An Alabama rental/lease application permits a landowner or property manager to obtain a tenant's details and employment history, along with a credit check. In such cases, a non-refundable fee may be required, which is usually the same as the landlord's screening costs.
Stage 1 - A prospective tenant fills out the rental application form
Typically, a rental application is filled out after the tenant has inspected the premises and verbally agreed to rent it. The lease comes with the Fair Credit Reporting Act (FCRA) Disclosure that outlines the rights of the tenant.
When this lease application form has been finished by the tenant it ought to be submitted back to the landowner alongside the amount charged for the background check.
Stage 2 - Process a credit check report
Most landlords and property managers generally accept a credit score of above 620. Several companies offering this service provide landlords with access to tenants' criminal records and credit reports. It will depend if the landlord received a duly filled and signed credit report form from the prospective tenant to choose a service.
Stage 3 - Confirm the prospective occupant’s employment status
The landowner will have to confirm the job status and pay of the occupant to guarantee the occupant can bear the cost of the monthly lease.
Stage 4 - Communicate with former landlords
Did the applicant ever miss a rent payment? If so, how many months did they miss?
Has the applicant ever been evicted or served a notice to quit? If yes, for what reason?
Was the tenant a noisy person?
Did the applicant leave the previous residence clean and in good condition when they moved out?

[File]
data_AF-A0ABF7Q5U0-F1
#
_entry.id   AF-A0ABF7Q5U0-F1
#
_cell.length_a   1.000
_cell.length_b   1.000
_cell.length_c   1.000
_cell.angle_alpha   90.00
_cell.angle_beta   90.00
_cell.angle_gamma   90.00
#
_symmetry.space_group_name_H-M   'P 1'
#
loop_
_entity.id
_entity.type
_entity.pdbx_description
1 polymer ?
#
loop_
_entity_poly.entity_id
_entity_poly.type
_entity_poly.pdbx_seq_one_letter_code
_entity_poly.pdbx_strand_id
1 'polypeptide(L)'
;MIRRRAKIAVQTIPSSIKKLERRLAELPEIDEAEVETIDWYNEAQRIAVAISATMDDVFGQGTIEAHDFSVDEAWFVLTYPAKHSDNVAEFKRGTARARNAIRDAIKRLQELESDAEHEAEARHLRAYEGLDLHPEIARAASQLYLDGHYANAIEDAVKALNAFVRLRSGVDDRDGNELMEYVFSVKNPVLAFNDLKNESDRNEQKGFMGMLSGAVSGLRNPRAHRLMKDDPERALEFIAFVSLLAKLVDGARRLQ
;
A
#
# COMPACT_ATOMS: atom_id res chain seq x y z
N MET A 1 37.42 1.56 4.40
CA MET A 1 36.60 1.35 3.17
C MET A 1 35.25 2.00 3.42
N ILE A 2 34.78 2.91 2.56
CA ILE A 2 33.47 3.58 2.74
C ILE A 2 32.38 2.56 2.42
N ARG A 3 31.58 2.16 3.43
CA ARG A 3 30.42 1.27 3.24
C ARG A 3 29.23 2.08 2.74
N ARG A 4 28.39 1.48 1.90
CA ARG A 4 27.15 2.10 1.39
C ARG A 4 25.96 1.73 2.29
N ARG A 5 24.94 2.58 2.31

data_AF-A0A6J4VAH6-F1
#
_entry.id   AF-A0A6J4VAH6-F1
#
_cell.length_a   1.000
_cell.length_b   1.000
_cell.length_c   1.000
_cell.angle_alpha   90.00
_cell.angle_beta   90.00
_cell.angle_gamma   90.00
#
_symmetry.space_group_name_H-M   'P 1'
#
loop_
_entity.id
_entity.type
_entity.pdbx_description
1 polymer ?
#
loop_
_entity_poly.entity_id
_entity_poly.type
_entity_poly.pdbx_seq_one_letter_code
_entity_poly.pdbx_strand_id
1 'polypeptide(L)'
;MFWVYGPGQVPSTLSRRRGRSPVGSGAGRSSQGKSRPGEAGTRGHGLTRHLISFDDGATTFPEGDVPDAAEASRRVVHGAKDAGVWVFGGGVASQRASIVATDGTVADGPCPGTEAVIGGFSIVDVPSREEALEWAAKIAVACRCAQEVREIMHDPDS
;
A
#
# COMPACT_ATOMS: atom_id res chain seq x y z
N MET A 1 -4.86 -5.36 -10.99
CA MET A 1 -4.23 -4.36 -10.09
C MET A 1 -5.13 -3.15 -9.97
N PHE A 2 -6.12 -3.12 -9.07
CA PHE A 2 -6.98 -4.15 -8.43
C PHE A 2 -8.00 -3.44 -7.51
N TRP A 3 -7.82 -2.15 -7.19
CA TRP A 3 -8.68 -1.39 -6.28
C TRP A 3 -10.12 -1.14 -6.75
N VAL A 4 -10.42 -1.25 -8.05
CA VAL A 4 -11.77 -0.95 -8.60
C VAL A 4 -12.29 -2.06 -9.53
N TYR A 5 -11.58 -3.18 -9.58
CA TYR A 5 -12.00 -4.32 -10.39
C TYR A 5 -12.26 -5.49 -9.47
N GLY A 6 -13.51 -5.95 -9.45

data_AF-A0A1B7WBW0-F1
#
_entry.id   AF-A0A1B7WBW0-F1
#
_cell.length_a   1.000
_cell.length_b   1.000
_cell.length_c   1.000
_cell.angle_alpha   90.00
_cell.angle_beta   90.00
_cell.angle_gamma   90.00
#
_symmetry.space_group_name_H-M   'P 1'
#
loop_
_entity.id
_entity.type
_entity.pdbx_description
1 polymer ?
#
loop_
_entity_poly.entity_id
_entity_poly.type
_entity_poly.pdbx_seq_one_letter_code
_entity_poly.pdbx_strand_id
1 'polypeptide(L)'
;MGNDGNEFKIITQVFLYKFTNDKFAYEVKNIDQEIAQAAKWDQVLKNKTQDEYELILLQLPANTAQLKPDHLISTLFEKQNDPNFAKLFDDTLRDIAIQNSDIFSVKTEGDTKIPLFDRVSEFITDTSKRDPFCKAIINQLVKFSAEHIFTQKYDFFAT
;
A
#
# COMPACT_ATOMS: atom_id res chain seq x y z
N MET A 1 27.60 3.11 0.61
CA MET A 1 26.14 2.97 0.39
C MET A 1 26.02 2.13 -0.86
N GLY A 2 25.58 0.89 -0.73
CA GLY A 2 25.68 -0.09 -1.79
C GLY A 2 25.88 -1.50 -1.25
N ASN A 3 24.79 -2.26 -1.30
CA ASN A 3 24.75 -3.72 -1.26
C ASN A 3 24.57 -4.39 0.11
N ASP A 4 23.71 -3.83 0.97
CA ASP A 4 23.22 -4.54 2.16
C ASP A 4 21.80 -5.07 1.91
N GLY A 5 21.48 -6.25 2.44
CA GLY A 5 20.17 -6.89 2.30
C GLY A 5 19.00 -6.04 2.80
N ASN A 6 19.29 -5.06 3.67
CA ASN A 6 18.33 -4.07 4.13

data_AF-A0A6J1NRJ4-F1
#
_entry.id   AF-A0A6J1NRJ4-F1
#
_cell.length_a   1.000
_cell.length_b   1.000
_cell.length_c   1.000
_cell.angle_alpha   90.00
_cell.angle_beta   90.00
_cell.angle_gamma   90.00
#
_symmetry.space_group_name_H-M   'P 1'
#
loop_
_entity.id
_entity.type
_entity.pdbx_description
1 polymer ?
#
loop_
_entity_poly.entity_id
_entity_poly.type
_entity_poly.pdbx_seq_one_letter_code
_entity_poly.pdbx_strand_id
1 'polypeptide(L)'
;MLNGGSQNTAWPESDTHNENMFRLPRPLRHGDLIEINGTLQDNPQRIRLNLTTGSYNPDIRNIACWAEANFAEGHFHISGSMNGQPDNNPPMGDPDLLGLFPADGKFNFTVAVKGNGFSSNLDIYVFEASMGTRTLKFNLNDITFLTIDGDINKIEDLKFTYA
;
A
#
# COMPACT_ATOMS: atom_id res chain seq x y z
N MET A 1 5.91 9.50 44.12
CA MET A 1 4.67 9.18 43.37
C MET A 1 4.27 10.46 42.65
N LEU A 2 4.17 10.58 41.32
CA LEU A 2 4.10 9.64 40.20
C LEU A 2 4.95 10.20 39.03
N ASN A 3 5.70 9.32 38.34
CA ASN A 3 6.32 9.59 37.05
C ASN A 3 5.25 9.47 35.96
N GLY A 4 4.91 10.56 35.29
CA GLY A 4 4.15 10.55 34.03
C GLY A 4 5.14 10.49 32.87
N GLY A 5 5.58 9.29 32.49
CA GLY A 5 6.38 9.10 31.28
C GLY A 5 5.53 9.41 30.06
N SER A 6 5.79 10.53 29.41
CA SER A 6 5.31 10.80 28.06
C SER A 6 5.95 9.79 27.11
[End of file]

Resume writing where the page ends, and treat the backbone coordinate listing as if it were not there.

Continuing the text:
Did the applicant deal nicely with their neighbors?
Stage 5 - Confirm the sex offender registry record of the applicant
Stage 6 - Decide on whether to rent out or not based on your findings from the background check
In the United States, discrimination against the following protected classes is illegal under the Federal Fair Housing Act:
Parental Status (Having children or not)
Physical or mental disability
You cannot include any of these items on a rental application form (or use them as a basis for a decision).
In Alabama, no additional housing protections exist for classes of people not covered by the Federal Fair Housing Act.
There are some exemptions from the Fair Housing laws. Among them are:
If children will occupy the rented premises in a two-family owner-occupied building, it's acceptable to ask about this and make a decision based on this.
Landlords may ask for an applicant's age in case of an age-restricted community such as senior housing. The federal exemption for older persons, known as the "Housing for Older Persons" exemption, can be applied for 55+ or even 62+ communities that have met the requirements.
If the landlord is represented by a real estate agent, then a Mrs. Murphy Exemption applies to dwellings with four or fewer units with one unit occupied by the landlord. Moreover, the Civil Rights Act of 1866 prohibits the use of race as a determining factor.
It's possible to give preference to applicants for properties that are owned, operated, supervised, or controlled by a religious organization that doesn't rent out its properties for commercial purposes based on religion.
If a club operates privately without public access or for commercial purposes, it may provide preferential treatment of lodging applications for its accommodations.
The federal government does not recognize race as an exemption factor that can influence whether a rental property will accept an applicant or not.
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